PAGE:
This might be surprising to some but adoption is not always rainbows and butterflies. (Did you hear, or, rather, see my sarcasm?) Sometimes it’s made up of really hard work. Sometimes it’s not so much hard work as it is hard “stuff.” Emotions, situations and issues can pile up outside of the adoption-connected relationships and make it hard for people to work on other things.
And ya know, that’s okay.
Speaking generally, D has been having some tough times as of late. I know that if our relationship wasn’t what it is, she would have either neglected to tell me anything by pushing me off while she dealt with things or acted as if everything was hunky-dory. Instead, she’s who she is, I’m who I am and our relationship is what it is. She has shared some hard things with me and, I think, I’ve been relatively supportive for being as far away as I am, separated by an awfully wide state. Virtual hugs might lose something (as in physical touch) in the process but the thought is still there with that hug!
Similarly, though it has taken me some time and communication mistakes on my end, I know (now!) that I can go to D when something is bother me, whether it’s about adoption, the Munchkin, our one-on-one relationship or my life in general. I have learned that doesn’t always mean that I get a “Get Out Of Jail Free” card, of course. Sometimes things are going to be hard to talk about in relation to adoption or our relationship. But I’ve learned, oh, sigh, the hard way, that not talking about things only creates bigger problems! While I still get anxious (if it’s adoption related), I know that going to D with questions and problems will create a faster, healthier resolution. And when it comes to my own, personal life? Well, she’s just a great sounding board! She tells me to go to bed when it’s two o’clock in the morning!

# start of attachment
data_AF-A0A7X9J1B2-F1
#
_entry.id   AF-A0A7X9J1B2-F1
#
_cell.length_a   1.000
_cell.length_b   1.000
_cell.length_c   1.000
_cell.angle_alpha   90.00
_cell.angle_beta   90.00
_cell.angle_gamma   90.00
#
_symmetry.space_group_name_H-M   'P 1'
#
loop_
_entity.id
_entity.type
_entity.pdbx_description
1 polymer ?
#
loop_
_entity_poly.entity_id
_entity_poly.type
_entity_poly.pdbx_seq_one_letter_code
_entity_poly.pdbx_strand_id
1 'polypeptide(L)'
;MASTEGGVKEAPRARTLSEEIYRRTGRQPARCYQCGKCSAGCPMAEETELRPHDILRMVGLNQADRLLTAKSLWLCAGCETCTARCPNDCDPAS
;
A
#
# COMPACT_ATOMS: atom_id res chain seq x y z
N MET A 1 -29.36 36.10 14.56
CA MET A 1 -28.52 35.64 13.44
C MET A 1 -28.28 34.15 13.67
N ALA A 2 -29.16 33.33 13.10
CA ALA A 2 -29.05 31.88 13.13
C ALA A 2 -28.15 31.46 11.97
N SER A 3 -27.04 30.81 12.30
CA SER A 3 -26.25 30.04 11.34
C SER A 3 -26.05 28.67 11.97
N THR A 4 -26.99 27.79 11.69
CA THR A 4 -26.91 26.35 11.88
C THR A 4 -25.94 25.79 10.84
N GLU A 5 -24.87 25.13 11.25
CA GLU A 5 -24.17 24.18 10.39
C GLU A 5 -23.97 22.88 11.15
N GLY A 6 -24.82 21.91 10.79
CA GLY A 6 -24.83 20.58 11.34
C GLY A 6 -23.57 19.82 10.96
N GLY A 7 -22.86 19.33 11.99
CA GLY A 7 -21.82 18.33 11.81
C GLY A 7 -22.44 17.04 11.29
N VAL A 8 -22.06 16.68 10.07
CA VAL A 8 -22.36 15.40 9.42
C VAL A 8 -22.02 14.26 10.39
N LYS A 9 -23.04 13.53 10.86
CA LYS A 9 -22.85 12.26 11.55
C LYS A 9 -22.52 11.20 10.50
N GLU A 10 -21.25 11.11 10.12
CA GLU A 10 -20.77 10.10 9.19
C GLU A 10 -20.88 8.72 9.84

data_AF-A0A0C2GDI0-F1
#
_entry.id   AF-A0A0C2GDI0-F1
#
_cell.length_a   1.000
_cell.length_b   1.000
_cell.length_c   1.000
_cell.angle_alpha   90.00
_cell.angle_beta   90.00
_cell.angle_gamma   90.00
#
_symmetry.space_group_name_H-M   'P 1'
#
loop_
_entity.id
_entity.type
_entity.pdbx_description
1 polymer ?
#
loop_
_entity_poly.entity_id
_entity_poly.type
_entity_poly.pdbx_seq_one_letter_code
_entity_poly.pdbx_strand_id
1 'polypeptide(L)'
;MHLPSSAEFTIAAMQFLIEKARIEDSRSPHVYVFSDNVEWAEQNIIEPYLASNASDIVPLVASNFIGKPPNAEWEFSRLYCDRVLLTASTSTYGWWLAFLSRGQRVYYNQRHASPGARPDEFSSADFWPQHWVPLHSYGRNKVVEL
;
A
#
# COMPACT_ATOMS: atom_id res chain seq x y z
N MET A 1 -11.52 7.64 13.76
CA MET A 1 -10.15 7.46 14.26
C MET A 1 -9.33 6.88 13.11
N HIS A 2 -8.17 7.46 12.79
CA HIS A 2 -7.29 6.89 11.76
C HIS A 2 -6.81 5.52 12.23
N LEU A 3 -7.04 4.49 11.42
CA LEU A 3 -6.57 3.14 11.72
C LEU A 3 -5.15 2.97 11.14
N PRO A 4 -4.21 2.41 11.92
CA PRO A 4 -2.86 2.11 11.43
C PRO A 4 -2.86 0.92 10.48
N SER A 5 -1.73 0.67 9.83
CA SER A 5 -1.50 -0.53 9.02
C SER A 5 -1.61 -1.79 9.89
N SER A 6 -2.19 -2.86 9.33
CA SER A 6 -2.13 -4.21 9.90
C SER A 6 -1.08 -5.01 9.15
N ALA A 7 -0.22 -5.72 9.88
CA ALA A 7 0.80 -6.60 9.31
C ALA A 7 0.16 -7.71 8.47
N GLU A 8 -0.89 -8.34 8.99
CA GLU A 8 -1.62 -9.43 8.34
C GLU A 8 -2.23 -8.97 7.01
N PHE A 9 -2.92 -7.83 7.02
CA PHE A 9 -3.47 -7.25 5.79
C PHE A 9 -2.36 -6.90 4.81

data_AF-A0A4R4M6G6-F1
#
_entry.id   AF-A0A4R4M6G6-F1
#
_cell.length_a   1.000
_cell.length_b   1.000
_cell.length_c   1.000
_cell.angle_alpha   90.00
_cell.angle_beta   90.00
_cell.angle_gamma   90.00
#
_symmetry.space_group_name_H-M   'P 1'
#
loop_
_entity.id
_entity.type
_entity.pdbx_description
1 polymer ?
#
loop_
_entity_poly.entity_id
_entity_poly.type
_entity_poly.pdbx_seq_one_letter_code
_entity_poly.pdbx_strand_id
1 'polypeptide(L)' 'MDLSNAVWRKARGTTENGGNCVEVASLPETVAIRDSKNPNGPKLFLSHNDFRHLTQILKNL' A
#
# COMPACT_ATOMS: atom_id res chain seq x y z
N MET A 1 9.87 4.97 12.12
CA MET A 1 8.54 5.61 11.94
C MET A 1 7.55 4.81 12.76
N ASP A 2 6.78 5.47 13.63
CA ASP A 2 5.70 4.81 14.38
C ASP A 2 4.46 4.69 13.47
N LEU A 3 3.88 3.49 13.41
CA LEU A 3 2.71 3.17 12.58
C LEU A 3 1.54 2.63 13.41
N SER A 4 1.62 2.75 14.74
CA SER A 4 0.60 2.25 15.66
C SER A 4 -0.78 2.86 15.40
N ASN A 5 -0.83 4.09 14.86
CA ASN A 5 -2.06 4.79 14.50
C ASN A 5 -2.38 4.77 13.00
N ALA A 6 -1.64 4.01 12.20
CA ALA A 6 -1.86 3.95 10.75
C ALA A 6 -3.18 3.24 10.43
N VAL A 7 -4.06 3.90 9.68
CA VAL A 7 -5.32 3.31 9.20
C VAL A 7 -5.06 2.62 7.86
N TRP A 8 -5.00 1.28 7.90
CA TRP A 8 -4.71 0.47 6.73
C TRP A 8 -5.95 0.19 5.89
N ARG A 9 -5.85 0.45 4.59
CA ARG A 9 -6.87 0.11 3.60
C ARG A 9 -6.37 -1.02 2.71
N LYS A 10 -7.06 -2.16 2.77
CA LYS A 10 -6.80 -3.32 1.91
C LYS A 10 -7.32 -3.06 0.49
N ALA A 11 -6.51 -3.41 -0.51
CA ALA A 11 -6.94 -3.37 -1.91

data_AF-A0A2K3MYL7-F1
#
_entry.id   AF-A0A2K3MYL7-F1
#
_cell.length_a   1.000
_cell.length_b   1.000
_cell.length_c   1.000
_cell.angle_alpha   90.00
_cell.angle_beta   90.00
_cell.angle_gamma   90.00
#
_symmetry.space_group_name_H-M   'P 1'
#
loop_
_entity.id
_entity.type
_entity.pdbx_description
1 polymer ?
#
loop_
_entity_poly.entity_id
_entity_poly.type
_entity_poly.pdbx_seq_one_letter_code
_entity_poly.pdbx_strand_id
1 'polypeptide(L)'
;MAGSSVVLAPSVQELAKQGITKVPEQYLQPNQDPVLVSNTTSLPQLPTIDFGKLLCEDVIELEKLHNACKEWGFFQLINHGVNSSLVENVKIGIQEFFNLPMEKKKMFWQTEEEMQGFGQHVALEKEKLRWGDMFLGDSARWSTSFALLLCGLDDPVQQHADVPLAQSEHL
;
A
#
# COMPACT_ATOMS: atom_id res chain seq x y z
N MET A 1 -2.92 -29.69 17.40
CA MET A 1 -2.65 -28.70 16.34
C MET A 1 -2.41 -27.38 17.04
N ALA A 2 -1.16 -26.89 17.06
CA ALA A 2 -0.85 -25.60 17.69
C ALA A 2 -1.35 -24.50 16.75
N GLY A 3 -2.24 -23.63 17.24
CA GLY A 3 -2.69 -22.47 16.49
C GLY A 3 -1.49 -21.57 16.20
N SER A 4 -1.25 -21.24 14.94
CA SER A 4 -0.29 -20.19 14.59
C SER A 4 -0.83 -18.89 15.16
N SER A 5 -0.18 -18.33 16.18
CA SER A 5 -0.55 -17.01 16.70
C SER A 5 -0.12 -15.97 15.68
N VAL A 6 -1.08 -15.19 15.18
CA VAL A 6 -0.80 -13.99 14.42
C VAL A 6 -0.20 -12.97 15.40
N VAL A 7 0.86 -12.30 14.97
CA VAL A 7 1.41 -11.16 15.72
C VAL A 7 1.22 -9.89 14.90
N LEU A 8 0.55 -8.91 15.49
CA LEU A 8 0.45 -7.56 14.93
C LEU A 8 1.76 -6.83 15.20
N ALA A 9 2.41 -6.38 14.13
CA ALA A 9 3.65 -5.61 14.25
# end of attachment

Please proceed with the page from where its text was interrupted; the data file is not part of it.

I know that not all birth and adoptive mothers are able to share a relationship like we do. I know that when things get tough in personal lives, some people tend to clam up and hide. I know that some birth mothers don’t want their child’s adoptive mother to see them as “dysfunctional,” and so they hide their personal issues in hopes of seeming well put-together. I know that, on the flip side, some adoptive mothers don’t want their child’s first mother to know that they, too, have normal, human problems and thus keep things to themselves. I know that not every birth-adoptive mom relationship blooms into an actual friendship, allowing for free-flowing discussion on topics outside of adoption.
But, to be honest, I’m glad we’re not one of any of those possible scenarios. I hate that D is struggling right now; not because she’s my daughter’s mother but because she’s my friend. Just like when my other best friend, whom I met in college, is having a rough time, I like to be there for D. I like when she’s there for me!
I love the relationship we’ve forged even when things are rough for us on personal levels. I love that she can come to me without fear of judgment and that I can do the same. I believe when we share things like this, we become closer and, because of that, the Munchkin (and all those boy kids) benefits.
For more Love Thursday, read:
2. Parenting Advice.
3. Nice Notes.